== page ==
In the automotive industry of today, premium crossovers and SUVs have, for the most part, replaced executive sedans as the go-to luxury vehicles. With the exception of the Mercedes-Benz S Class; BMW 7-Series, Audi A8, Lexus LS, Jaguar XJ, and all other iconic luxury sedans are all outsold by their crossover siblings. As a result, automakers compete fiercely for this high profit segment of cars. The Audi Q7 has been a dominant force in this market; let’s see how Audi has fared while redesigning it for the 2020 model year, to keep up with the ever-increasing competition.
The looks of the last generation Audi Q7 did not do it any favor. Indeed, it looked like a tarted up minivan that had been raised above the ground and could not stand up against the competition that included the ostentatious BMW X5, Volvo XC90 and the Land Rover Range Rover. It is no secret that buyers in this segment of cars demand visual appeal, so it is nice to see Audi heavily revising the exterior styling of the Q7. The front fascia has now been updated to accommodate the latest iteration of Audi’s signature hexagonal front grille, accompanied by redesigned LED headlights which can optionally include laser high beams. These new headlights play a ‘welcome dance’, when you walk towards after unlocking or away after locking the vehicle. A similar story can be seen out back where minor revisions have been made, that bring the Q7 more in line with contemporary Audi’s, these revisions most notably include the vertically oriented LED lights in taillight assembly and the chrome bar that runs across the entire width of the car. The exterior has also been “toughened” up with more pronounced wheel arch extensions, sharper body creases, an overall boxier profile and plastic body cladding; all of which add up to give the car a more masculine look. The finer design elements and details are still very much Audi; fans and buyers should have no trouble identifying the Q7 from rivals even if it was de-badged. Overall, Audi has done a good job; the new Q7 certainly has more visual appeal than the previous generation, which I think is important for a car that goes after this market.
The last generation of the Q7, was undoubtedly the king of the hill when it came to interior design, build quality, craftsmanship, material quality and sheer volume. It is good to see that Audi has even managed to improve on that. Like the exterior, the interior has been moderately revised with tech and design elements from more modern Audis. The MMI infotainment system that was operated with a clickable knob in the previous generation has now been replaced with dual touch screens, the shape of which mimics the exterior front grille. The lower touchscreen controls functions such as climate control and vehicle settings, while the upper screen handles audio, navigation, and other functions. It makes for a more streamlined dashboard design but it may come at the expense of being difficult to operate while driving (something that the knob design excelled at) as touchscreen controls are often fiddly. The two touchscreens do feature haptic feedback, which gives the impression of a button being pressed, but it is never quite the same as having actual physical buttons. Aside from this, things are comparable to the last generation, which is no bad thing. Material and build quality are top-notch, the design is suitably posh and the interior volume is absolutely gargantuan. You can easily fit 7 adults into this 3-row SUV, which cannot be said for many of its rivals. In summary, Audi largely took the “If it ain’t broke, don’t fix it.” approach with the interior of the new Q7 which, in my opinion, was the right approach to take.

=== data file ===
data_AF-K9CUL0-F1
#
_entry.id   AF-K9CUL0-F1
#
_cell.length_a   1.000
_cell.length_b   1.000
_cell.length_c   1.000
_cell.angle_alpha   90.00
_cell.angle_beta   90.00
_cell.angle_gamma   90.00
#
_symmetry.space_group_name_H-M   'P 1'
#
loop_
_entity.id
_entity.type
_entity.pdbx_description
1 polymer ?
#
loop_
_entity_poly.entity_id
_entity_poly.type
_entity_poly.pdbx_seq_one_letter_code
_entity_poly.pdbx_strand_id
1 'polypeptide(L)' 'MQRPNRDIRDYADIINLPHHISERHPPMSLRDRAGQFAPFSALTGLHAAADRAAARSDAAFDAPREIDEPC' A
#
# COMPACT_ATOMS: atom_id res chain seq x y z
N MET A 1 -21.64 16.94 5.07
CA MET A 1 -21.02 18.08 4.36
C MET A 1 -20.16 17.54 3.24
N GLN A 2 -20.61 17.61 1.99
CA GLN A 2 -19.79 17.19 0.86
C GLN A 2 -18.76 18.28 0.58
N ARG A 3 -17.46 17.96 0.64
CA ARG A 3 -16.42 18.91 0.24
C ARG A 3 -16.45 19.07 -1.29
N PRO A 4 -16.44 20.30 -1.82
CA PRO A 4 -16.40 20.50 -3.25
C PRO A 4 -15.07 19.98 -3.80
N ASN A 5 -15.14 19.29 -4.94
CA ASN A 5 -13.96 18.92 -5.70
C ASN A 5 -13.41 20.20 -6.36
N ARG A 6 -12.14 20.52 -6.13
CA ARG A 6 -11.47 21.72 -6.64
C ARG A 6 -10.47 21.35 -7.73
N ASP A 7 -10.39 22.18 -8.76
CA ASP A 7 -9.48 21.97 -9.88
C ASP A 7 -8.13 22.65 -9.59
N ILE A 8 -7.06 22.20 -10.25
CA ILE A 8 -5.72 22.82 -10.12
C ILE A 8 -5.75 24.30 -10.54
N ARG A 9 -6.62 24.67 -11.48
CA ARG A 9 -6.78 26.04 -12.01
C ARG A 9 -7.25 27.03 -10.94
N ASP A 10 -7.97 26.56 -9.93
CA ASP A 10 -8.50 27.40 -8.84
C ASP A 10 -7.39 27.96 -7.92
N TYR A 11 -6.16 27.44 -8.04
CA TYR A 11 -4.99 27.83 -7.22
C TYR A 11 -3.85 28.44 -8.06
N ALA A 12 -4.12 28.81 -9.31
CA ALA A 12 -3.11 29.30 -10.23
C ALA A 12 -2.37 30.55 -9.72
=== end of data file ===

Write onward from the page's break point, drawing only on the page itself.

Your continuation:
Driving Dynamics and Performance:
Driving dynamics have always been a strong point for the Audi Q7 and this generation should be no exception. The underlying chassis and platform are identical to the last generation Q7, however, there are a few significant tweaks that improve both comfort and handling. For starters, Audi’s height-adjustable adaptive air suspension now comes as standard on Q7s regardless of trim. The air suspension goes a long way in making the Q7 feel wafty, supple and luxurious, while simultaneously being agile and fun. Another upgrade in this area is the inclusion of adaptive anti-roll bar system (which was first seen in the Bentley Bentayga) that uses the car’s 48-volt electrical system to minimize body roll, lean and squat when you are pushing the vehicle to its limits. Powering the SUV is a plethora of engine choices, interestingly all of them are 3.0L V6 engines; the entry-level 45 TDI diesel, produces 228 HP and can get you from 0-100 km/h in 7.1 seconds, then comes the 50 TDI diesel, that produces 282 HP and shortens the 0-100 km/h time to 6.3 seconds, while the current king of the hill 55 TSI petrol develops 335 HP. Eco-warriors should also rejoice as all Q7s are mild hybrids, using their 48-volt electrical system and can recover energy while braking and coasting. A plug-in hybrid variant is also expected down the road, though details on it are not available as of today.
The Q7 is a top of the line Audi, so do not expect it to come cheap. While official pricing is not yet available for the latest generation, it should not cost significantly more than the outgoing generation, so a price tag of around 56 000 pounds in the UK market is expected. But that price tag does not include any of the desirable options, for which Audi will nickel and dime you in typical German luxury car fashion; so that sticker price is likely to swell to 80 000 pounds for a well equipped Q7. If you want one in Pakistan, then you will have up pony up for significant taxes and import duties, which, along with the devalued currency result in the price tag soaring to around 3 crores!
What do you think of the new Q7? Do think it has what it takes to stay atop the luxury SUV game? As always, constructive criticism and comments are greatly appreciated.